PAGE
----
England is another example of a league where teams that qualified for Europe last year are struggling. Leicester City, Arsenal, Tottenham and Manchester City qualified for the Champions League last campaign. They are currently 11th, 6th, 2nd (more on Spurs in a minute), and 4th in the table. Manchester United, West Ham, and Southampton represented England in the Europa League, and are currently 5th, 15th, and 9th in this year’s Premier League.

Let’s take a closer look at England for a second. Chelsea are the current leaders (and very likely to finish as champions), Tottenham are in second place, and Liverpool (no European competition this season) are in third. Of course, old enemy (and future friend?) Antonio Conte has led a remarkable turnaround for the blues this season after the league leaders finished 10th in 2016. Conte has rotated his squad the least out of all Premier League managers this season, and the lack of European football is surely the reason why. Chelsea are a talented and deep club, so I’m not suggesting they wouldn’t be leading the Premier League had they qualified for Europe, but only having to play Eden Hazard, Diego Costa, N’Golo Kante, and their wing-backs once a week certainly doesn’t hurt.

Chelsea v Tottenham Hotspur - The Emirates FA Cup Semi-Final

In the absence of European football, Chelsea and Tottenham have each gone on impressive winning-streaks under Antonio Conte and Mauricio Pochettino. The two London clubs are head-and-shoulders above their closest Premier League rivals.
Photo by Laurence Griffiths/Getty Images

Tottenham are another team I want to pay closer attention to. Spurs competed in the Champions League this season, and are currently in second place. As a result, they should disprove my hypothesis then, right? After a closer look, that’s not the case.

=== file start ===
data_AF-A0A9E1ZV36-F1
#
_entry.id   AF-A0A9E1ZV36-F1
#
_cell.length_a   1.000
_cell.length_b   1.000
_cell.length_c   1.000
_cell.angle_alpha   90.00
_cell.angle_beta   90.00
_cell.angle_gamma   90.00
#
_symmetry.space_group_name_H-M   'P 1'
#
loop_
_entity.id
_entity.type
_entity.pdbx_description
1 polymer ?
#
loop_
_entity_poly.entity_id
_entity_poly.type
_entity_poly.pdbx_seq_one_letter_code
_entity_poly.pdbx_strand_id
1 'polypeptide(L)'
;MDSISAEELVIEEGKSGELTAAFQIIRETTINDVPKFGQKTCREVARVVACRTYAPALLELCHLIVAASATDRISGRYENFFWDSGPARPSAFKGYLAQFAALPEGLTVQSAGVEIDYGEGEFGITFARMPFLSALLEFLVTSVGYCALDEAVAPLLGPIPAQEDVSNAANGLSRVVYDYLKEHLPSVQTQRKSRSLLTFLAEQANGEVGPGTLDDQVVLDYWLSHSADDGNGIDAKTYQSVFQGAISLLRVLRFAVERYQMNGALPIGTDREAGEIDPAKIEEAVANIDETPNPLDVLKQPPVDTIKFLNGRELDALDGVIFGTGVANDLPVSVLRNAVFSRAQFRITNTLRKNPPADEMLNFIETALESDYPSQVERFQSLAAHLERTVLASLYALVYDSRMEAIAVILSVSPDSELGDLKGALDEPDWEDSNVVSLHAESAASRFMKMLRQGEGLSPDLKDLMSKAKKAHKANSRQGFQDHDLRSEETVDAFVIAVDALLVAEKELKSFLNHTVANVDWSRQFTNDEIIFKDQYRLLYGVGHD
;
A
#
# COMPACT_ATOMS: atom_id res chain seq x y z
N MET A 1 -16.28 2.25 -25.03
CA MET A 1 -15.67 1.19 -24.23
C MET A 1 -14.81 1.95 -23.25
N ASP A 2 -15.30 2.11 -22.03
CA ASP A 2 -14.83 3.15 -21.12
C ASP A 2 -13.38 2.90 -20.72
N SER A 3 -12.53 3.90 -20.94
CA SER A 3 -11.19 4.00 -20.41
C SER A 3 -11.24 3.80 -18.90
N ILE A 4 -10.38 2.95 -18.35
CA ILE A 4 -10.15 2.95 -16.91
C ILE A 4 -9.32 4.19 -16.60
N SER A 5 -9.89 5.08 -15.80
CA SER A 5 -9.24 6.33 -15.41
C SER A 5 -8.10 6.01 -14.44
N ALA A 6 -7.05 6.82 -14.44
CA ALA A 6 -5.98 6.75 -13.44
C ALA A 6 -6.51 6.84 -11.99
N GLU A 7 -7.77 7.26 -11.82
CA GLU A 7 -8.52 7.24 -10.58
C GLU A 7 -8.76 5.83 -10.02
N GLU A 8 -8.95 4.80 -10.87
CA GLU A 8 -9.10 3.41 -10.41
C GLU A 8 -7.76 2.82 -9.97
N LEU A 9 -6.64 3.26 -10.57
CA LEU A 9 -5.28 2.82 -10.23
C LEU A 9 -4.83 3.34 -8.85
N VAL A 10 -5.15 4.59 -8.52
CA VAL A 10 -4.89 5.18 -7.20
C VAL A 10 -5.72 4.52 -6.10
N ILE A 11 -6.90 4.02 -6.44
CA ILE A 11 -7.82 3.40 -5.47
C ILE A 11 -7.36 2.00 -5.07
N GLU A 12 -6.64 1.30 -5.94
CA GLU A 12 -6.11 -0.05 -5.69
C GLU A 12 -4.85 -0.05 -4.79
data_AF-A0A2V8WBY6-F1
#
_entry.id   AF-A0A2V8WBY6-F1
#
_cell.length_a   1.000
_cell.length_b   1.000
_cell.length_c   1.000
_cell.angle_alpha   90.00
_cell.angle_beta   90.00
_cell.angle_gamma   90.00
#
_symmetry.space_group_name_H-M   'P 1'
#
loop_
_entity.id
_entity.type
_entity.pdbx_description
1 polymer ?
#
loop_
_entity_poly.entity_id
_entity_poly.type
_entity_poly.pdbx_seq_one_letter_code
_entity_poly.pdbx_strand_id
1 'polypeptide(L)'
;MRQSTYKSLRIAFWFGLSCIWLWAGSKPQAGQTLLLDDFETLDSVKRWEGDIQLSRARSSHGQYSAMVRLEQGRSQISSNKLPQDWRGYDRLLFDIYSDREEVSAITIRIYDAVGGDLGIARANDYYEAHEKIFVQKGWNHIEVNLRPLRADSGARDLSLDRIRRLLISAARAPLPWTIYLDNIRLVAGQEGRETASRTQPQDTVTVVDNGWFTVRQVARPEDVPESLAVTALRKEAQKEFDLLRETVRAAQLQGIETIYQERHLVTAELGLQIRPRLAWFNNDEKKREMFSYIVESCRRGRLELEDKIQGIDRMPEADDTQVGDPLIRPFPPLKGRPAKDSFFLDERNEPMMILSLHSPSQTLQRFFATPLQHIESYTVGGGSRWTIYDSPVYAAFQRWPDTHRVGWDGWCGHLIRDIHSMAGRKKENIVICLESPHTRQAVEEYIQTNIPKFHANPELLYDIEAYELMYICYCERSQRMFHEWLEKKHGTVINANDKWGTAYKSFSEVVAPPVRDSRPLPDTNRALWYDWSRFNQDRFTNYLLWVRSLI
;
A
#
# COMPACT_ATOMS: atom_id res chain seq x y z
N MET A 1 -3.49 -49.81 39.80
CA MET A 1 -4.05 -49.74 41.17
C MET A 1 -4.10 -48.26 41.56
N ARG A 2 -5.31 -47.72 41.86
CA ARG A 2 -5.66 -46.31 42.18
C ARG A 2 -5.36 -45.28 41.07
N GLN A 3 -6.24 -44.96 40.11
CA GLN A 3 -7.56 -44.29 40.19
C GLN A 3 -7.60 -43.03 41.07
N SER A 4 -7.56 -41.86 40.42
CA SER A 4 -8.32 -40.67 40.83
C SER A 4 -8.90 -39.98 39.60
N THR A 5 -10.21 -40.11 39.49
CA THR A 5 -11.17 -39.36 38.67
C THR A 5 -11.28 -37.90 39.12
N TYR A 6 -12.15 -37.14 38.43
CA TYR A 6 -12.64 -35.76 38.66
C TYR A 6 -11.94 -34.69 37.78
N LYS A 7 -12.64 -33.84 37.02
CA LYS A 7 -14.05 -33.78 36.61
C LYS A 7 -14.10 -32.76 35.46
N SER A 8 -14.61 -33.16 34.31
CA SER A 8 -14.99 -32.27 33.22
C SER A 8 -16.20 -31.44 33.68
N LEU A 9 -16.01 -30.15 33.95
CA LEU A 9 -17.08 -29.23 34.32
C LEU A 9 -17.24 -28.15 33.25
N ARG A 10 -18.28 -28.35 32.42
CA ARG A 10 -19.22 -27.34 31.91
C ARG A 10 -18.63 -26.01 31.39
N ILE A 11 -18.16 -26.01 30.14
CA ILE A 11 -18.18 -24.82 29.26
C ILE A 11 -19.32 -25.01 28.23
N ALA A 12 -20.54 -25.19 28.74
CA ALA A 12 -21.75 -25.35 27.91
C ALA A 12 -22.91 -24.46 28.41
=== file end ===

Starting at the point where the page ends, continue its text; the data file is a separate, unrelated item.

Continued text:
Tottenham failed to make it out of their Champions League group, and sat in 5th place at the time of their CL elimination. Spurs were also in 5th place when they lost their two-legged Europa League tie with KAA Genk. It was only after the club crashed out of Europe that Tottenham went on their impressive run in the league (nine straight EPL victories) to climb from 5th to 2nd, and pressure Chelsea for the title. Tottenham struggled when they had to juggle European and domestic competitions, but have been an unstoppable juggernaut when only focusing on England.

What does this tell us? Well, this year is proof that it’s very difficult for clubs not at the level of Bayern Munich, Real Madrid, Barcelona, Juventus and Atletico to compete in a European tournament and have domestic success. Whether it’s increased parity in the domestic leagues, or the strain of travel and having to play multiple matches in a week, clubs are struggling to put it all together.

Next season is shaping up to be another “year zero” for the Nerazzurri. With new signings, departures, and potentially a new manager, Inter may change a lot this summer. The team will undoubtedly need time on the training pitch to work out the kinks. It’s with that in mind that I believe a condensed fixture list, and the distraction of the Europa League, would do more harm than good for Inter.

The only goal next season should be to finish in the top four. Let’s attempt to do so without wasting time in a competition the club doesn’t even want to win. Let’s finish seventh, forget this season ever happened, and make a strong push for the Champions League in 2017/18.